For many companies, it appears that leasing is here to stay. Especially for mid-sized companies that are growing and striving to succeed, finance executives view leasing as an important financing strategy.
However, the Federal Accounting Standards Board (FASB) is working on a change in the lease accounting standard that is giving finance executives reason to pause and reexamine their financing options. The proposed change would move all long-term operating leases onto the balance sheet as non-debt liabilities. At this point, finance executives have questions about how the change would impact their reporting of liabilities, and potentially alter key financial metrics such as ROA, debt-to-equity, and cash flow. For this reason, they also have questions about the proposed accounting change's ripple effects on operating decisions and on a company's ability to meet the terms of previously negotiated bank covenants.
To help gauge the potential scope of these concerns, CFO Research, in collaboration with CIT Group, surveyed finance and corporate leaders from small and mid-sized U.S. companies. The message is loud and clear: Leases, and in particular, operating leases are core elements in many of their growth strategies, and so it will be important to understand the consequences for their business of changing the accounting standard.
Middle market companies account for one-third of private sector GDP and employ 25% of the total labor force.
While less visible than both small and large caps and vastly undersupported, middle-market companies are a significant driver of the U.S. economy.
But what makes a company "middle market"? That depends on who you ask. Some define middle market by the number of employees or locations, others by revenue.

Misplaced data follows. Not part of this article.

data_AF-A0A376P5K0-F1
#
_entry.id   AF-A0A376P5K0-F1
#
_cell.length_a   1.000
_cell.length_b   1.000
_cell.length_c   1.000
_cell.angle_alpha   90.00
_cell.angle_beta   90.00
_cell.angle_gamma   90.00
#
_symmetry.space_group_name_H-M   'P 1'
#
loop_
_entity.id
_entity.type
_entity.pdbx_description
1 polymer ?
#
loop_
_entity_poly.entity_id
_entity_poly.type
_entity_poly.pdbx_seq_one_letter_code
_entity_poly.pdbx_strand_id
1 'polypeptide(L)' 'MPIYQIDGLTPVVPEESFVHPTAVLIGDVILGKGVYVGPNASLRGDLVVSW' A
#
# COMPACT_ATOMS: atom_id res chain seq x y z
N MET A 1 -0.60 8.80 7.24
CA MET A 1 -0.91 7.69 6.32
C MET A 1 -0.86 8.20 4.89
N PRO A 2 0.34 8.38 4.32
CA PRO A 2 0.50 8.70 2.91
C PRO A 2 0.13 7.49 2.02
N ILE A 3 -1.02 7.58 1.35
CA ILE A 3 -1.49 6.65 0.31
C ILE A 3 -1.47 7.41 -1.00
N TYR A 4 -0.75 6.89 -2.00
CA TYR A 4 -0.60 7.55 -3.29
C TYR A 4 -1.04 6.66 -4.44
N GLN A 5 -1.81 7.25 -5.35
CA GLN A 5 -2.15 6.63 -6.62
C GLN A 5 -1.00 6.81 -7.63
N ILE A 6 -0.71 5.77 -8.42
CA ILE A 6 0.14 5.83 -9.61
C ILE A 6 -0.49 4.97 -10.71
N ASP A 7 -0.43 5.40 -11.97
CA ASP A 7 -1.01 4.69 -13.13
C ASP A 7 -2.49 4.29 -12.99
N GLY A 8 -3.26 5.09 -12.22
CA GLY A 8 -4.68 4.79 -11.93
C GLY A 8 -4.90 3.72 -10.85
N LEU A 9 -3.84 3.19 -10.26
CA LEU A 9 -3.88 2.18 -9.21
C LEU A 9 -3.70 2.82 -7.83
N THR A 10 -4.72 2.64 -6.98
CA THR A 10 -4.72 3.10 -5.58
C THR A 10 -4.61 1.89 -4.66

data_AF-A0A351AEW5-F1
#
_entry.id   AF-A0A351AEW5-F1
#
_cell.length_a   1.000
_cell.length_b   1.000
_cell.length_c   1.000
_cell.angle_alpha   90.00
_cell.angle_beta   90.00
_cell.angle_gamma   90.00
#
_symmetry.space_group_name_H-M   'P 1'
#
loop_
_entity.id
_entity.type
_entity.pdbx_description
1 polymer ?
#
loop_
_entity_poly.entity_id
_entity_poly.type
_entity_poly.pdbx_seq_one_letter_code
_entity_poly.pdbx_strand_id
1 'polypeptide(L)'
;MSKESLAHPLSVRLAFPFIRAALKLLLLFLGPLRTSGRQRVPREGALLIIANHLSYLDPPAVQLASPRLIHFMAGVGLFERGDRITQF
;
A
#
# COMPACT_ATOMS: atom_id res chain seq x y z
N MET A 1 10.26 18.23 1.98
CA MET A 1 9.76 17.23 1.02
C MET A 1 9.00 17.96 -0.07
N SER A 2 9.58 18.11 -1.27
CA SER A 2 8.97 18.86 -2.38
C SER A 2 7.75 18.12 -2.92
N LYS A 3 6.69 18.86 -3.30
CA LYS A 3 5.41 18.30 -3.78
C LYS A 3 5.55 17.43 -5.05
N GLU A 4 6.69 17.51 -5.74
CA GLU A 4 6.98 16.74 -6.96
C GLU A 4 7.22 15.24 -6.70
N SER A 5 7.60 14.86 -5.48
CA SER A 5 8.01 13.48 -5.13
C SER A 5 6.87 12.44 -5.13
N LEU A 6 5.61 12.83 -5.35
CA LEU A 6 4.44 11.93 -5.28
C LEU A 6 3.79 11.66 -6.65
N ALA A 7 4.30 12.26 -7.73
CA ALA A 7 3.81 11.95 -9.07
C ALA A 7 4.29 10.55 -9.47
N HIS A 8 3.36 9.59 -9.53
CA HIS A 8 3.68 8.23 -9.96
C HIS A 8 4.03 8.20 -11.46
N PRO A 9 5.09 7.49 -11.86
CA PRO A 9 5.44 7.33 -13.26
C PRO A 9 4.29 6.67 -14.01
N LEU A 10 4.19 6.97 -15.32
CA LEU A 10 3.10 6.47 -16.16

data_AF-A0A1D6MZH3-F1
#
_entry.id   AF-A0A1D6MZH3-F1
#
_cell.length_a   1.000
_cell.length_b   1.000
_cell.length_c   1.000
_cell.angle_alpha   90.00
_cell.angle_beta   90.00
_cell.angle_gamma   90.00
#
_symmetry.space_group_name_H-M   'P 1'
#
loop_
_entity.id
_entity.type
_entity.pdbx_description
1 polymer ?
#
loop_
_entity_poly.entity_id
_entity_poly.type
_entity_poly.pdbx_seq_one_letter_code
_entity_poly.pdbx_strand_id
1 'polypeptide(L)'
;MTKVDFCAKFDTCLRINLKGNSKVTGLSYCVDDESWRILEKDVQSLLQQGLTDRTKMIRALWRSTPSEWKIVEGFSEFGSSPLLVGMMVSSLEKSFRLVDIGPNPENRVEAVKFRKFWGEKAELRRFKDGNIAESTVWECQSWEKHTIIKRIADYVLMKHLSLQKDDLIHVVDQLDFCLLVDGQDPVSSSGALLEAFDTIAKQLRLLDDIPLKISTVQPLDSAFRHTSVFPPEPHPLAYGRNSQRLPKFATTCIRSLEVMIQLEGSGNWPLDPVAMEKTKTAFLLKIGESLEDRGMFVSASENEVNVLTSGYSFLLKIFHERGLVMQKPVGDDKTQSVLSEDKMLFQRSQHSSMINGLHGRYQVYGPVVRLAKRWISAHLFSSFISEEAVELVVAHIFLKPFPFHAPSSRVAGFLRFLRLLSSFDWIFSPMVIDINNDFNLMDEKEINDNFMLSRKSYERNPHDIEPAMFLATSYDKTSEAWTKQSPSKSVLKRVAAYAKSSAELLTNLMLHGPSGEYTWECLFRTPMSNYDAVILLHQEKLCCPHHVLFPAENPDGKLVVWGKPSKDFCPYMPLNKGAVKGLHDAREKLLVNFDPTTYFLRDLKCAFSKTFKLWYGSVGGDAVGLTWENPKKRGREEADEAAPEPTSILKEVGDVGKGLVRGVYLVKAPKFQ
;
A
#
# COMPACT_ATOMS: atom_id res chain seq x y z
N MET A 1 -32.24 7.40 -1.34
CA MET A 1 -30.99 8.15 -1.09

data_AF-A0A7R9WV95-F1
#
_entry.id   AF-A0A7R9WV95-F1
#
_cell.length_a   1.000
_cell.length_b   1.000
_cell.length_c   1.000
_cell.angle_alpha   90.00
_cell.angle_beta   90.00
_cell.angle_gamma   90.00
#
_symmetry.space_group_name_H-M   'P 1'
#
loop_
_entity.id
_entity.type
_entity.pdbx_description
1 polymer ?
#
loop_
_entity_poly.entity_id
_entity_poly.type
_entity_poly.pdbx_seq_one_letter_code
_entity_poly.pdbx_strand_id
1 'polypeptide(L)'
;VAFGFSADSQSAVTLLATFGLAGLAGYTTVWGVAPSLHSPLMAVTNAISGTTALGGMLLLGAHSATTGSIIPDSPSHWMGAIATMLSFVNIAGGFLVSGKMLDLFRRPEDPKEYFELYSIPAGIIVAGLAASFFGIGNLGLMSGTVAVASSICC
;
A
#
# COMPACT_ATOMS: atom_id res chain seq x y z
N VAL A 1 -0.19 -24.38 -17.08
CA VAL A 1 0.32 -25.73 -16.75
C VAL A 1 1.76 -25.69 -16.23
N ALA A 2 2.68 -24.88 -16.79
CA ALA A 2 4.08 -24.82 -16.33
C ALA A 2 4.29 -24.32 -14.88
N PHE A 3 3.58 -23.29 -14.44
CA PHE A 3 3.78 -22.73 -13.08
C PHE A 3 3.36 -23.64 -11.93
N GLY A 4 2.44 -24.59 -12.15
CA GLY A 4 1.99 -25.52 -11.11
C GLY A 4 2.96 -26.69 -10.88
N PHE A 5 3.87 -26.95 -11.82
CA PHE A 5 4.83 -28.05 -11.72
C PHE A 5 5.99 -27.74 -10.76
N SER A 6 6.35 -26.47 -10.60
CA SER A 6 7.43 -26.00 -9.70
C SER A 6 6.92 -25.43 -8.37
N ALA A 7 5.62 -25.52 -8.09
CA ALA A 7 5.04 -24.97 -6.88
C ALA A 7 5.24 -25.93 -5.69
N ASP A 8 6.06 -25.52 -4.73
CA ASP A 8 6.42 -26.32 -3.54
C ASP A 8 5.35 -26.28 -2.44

While there is no universally accepted definition, it is clear that these are organizations that are larger than Main Street, Mom-and-Pop shops, but smaller than your global multi-national corporations. They typically generate revenues between $5 million and $1 billion dollars annually, with 100 to 2,000 employees. If this describes your business, then you are a middle market company.
Whatever the delineation, it is clear that this broad definitional spectrum has contributed to an identity crisis of sorts for this large economic segment.
A recent study conducted by Harris Poll on behalf of CIT revealed that small business executives are highly likely to self-identify as a "small business," driven, in their own words, by the number of employees and/or how the business is owned.
However, middle market executives don't always see themselves as part of the middle market. In fact, respondents were virtually split, with 43% of middle market businesses identifying as middle market and 41% identifying as large businesses. The remaining 16% consider themselves small businesses.
However you choose to define it, the middle market's impact on economic and employment prospects cannot be discounted. This segment is an interesting class that will continue to play a pivotal role in the American economy's rapidly changing landscape.